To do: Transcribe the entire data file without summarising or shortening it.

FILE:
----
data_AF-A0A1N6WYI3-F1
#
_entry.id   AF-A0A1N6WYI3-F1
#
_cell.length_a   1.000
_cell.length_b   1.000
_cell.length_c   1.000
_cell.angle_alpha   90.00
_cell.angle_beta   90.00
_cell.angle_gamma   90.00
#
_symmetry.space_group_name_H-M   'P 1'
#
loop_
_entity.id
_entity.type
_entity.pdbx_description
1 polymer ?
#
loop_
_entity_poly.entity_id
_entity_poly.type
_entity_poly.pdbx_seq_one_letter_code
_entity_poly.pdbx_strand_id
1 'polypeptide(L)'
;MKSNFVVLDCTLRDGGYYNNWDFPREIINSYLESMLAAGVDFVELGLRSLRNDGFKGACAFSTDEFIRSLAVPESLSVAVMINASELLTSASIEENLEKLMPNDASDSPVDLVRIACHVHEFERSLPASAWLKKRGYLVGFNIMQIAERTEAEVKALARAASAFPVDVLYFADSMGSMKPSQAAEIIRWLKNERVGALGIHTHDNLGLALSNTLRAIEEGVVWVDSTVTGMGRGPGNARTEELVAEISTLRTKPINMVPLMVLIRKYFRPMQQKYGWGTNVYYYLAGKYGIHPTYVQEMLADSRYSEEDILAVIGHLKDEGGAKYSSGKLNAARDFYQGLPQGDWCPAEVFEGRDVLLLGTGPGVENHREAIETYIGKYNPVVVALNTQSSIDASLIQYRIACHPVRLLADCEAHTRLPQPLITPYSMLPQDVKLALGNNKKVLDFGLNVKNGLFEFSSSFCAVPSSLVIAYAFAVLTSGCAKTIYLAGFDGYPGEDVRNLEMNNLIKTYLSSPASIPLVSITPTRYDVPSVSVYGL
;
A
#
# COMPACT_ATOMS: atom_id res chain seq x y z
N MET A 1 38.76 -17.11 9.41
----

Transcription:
data_AF-A0A1N6WYI3-F1
#
_entry.id   AF-A0A1N6WYI3-F1
#
_cell.length_a   1.000
_cell.length_b   1.000
_cell.length_c   1.000
_cell.angle_alpha   90.00
_cell.angle_beta   90.00
_cell.angle_gamma   90.00
#
_symmetry.space_group_name_H-M   'P 1'
#
loop_
_entity.id
_entity.type
_entity.pdbx_description
1 polymer ?
#
loop_
_entity_poly.entity_id
_entity_poly.type
_entity_poly.pdbx_seq_one_letter_code
_entity_poly.pdbx_strand_id
1 'polypeptide(L)'
;MKSNFVVLDCTLRDGGYYNNWDFPREIINSYLESMLAAGVDFVELGLRSLRNDGFKGACAFSTDEFIRSLAVPESLSVAVMINASELLTSASIEENLEKLMPNDASDSPVDLVRIACHVHEFERSLPASAWLKKRGYLVGFNIMQIAERTEAEVKALARAASAFPVDVLYFADSMGSMKPSQAAEIIRWLKNERVGALGIHTHDNLGLALSNTLRAIEEGVVWVDSTVTGMGRGPGNARTEELVAEISTLRTKPINMVPLMVLIRKYFRPMQQKYGWGTNVYYYLAGKYGIHPTYVQEMLADSRYSEEDILAVIGHLKDEGGAKYSSGKLNAARDFYQGLPQGDWCPAEVFEGRDVLLLGTGPGVENHREAIETYIGKYNPVVVALNTQSSIDASLIQYRIACHPVRLLADCEAHTRLPQPLITPYSMLPQDVKLALGNNKKVLDFGLNVKNGLFEFSSSFCAVPSSLVIAYAFAVLTSGCAKTIYLAGFDGYPGEDVRNLEMNNLIKTYLSSPASIPLVSITPTRYDVPSVSVYGL
;
A
#
# COMPACT_ATOMS: atom_id res chain seq x y z
N MET A 1 38.76 -17.11 9.41